So what exactly is open source hardware? Â We’re getting closer to a consensus definition, thanks to Ayah Bdeir and Eyebeam. Â A few months ago, she put together a workshop on open source hardware, and invited a group of people who are making businesses of it, along with some great legal practitioners working on open source issues. It wasn’t a comprehensive group, but there were a lot of smart and practical people there to get some good work done.Â We talked about our work and the practicalities of running open source businesses, we argued about what the limits of openness are, and we started working on a draft of a working definition. The discussion continued online, as did the writing and the arguing.
The result is this Open Source Hardware (OSHW) Draft Definition version 0.3. I think it’s a pretty realistic definition, and I’m proud to be counted among the folks who drafted it. Â There are many whose thinking (and doing) I admire in the discussion.
But wait! Â That’s not the best part! Â Ayah’s not done! Â She and Alicia Gibb have organized an Open Hardware Summit this fall to present these ideas, and continue the discussion. Here are the details, in Ayah’s words:
I started getting interested in Open Hardware as a vehicle for innovation and social change while a student at theÂ CCG group at theÂ MIT Media Lab, and got fully immersed in it while a senior fellow at Eyebeam Art and Technology Center in New York. Now, I am a (crazy!) strong believer in the power of Open Hardware.Â When I startedÂ littleBits, I jumped into the many challenges of porting the Open Source Software movement to tangible objects.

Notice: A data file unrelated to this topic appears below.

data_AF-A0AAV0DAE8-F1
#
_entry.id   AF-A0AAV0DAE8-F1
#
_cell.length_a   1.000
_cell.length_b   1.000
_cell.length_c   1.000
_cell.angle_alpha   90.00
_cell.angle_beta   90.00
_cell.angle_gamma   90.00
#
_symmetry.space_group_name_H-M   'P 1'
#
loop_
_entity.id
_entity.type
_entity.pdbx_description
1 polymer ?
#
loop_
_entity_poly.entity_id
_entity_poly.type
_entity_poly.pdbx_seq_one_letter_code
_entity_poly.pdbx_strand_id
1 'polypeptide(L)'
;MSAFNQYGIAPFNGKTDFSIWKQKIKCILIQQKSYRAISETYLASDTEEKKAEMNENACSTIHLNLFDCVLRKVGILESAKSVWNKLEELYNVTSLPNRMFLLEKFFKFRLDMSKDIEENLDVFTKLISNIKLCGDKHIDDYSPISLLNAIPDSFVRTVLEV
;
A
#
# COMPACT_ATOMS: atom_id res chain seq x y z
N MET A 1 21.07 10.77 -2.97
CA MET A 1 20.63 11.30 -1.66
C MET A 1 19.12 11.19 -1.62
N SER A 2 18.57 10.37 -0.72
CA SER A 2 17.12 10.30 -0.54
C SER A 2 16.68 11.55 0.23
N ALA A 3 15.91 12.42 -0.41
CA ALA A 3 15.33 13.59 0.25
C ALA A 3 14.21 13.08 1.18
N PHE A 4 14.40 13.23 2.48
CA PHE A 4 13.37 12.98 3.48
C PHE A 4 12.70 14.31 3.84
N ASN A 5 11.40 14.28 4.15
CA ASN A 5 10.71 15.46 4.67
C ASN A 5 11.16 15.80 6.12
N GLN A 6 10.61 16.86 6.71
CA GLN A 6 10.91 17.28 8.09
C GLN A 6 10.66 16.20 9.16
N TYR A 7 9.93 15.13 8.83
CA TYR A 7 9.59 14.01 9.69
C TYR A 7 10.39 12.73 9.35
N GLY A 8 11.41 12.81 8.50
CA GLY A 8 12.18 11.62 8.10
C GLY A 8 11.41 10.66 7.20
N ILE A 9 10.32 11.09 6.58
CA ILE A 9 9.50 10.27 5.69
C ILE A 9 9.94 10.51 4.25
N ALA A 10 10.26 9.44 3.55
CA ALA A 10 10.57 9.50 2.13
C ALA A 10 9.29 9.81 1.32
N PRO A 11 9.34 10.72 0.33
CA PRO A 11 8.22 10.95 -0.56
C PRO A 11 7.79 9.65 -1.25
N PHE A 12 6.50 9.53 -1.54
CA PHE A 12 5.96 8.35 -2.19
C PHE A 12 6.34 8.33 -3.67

As I worked closely on legal strategy with incredible advisor,Â John Wilbanks, VP of Science atÂ Creative Commons (CC), we decided to create a venue for the community to interface with CC, and embark on a mission to help catalyze an Open Hardware license. The workshop, entitled â€œOpening Hardware: A workshop on Legal tools for open source hardwareâ€ took place at Eyebeam on March 17th and featured OH pioneers such as Arduino, Adafruit, Buglabs, MakerBot, Chumby as well as Jonathan Kuniholm (Open Prosthetics), Chris Anderson (Wired), Mako Hill (OLPC, Wikipedia), Becky Stern (Make), Jon Philips (Qi), Shigeru Kobayashi (Gainer), Thinh Nguyen and John Wilbanks (CC) and us (littleBits, Eyebeam). Since then we, and an incredible group of OH starsÂ (Evil Mad Scientist, Parallax, Sparkfun, Lilypad), have started putting together a definition that today, we are very excited to release in version 0.3 for public comment.
Recently, I have been appointed as Creative Commons fellow â€“ a very important step which shows CCâ€™s commitment to our community. Â And on September 23rd, Alicia Gibb (Buglabs) and myself are chairing theÂ Open Hardware Summit as part of MakerFaire. We will be discussing the OH license, and hope to put version 1.0 out to the world!
So if you’re interested in open source hardware, it’s worth coming to New York in September. It should be an exciting event.